Family common name: common sawflies
Genus: Deda Gibson, 1980
The Tenthredinidae are the most species-rich family and are found throughout the world, in all continents but Antarctica. They are known as the “common sawflies.” They can generally be recognized by a cylindrical body and long, segmented antennae. Otherwise, they come in a variety of colors, sizes, and forms (Goulet 1992).
Sawflies in the Tenthredininae subfamily are relatively large in the family, often with distinct colorful markings. Some are wasp-like with black and yellow stripes (Goulet 1992). Many species’ life histories are not known. Some Tenthredininae species feed uniquely, as adults, on flower pollen and other insects (Smith 1993). They can be distinguished from other subfamilies by wing venation (Goulet 1992).
Deda is a North American genus of few species, mostly black and white in color, about 6–10 mm in length (Gibson 1980a).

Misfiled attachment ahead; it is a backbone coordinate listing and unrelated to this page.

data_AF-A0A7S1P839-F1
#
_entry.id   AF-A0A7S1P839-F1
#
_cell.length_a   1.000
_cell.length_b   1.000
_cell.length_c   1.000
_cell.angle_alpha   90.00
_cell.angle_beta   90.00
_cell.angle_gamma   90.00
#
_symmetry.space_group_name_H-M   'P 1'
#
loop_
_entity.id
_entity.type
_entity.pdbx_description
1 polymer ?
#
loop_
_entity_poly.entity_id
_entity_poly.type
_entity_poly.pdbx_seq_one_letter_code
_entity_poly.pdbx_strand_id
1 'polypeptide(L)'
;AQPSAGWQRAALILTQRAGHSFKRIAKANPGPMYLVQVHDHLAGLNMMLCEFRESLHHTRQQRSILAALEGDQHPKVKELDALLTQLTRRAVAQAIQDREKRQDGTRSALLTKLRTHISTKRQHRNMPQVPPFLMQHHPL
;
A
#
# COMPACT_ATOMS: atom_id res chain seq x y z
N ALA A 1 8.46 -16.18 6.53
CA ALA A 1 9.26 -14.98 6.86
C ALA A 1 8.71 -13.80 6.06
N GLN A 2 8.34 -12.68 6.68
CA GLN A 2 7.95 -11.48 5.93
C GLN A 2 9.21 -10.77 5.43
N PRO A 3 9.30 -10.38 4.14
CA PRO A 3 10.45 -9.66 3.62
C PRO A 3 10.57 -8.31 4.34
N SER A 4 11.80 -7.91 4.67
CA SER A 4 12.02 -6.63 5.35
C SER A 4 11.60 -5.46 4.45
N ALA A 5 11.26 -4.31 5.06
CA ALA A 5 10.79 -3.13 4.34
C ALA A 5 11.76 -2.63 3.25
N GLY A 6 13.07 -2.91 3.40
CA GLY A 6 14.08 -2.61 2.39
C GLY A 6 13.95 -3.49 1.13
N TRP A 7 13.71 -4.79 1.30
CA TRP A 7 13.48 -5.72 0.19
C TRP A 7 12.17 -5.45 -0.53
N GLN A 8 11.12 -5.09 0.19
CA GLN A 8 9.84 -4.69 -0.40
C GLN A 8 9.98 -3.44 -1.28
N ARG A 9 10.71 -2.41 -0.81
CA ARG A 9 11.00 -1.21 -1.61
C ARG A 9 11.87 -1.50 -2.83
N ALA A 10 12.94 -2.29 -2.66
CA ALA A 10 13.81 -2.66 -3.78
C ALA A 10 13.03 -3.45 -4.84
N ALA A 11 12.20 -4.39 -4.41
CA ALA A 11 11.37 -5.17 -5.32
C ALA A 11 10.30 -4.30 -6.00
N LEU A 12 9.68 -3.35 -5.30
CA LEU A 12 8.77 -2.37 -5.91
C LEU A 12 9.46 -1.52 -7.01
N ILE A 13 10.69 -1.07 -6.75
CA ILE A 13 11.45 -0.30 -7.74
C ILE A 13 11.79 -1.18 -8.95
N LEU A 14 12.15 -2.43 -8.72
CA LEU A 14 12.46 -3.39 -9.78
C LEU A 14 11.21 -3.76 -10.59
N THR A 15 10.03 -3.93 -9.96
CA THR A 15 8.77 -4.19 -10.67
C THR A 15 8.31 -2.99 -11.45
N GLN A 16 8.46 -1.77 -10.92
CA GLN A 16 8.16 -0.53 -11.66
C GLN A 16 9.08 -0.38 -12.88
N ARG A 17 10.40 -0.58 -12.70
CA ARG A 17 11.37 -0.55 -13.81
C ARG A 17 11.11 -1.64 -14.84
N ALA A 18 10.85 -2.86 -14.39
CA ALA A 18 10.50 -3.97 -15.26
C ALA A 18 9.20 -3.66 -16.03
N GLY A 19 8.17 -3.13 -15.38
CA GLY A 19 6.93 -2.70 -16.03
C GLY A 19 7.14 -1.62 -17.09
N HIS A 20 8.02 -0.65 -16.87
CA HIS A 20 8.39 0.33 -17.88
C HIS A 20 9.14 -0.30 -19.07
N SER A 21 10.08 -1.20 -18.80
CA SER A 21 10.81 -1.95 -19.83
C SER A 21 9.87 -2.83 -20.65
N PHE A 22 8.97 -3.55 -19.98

A key to species is included in Gibson 1980a.
Deda can be confused with similar species in the subfamily Tenthredininae. It can be distinguished from most other genera by the expanded metepimeron, long labrum, and the centered anal crossvein. Deda can be distinguished from closely related Macrophya by the relative length of the hind leg segments and by the size of the eye as viewed from the side (Gibson 1980a).
The hosts of Deda are unknown, but there is a single collection of an adult on Cynopterus terebinthinus (turpentine wavewing) (Gibson 1980a).
World: The genus is present in North America (Taeger et al. 2010).
North America: Deda occurs in western United States, with records from California, Oregon, and Nevada (Gibson 1980a).
Map data from: GBIF.org (29 October 2019) GBIF Occurrence Download Deda and the Smithsonian National Museum of Natural History Entomology Collection (USNM) and the Oregon State Arthropod Collection (OSAC)
Details about data used for maps can be found here.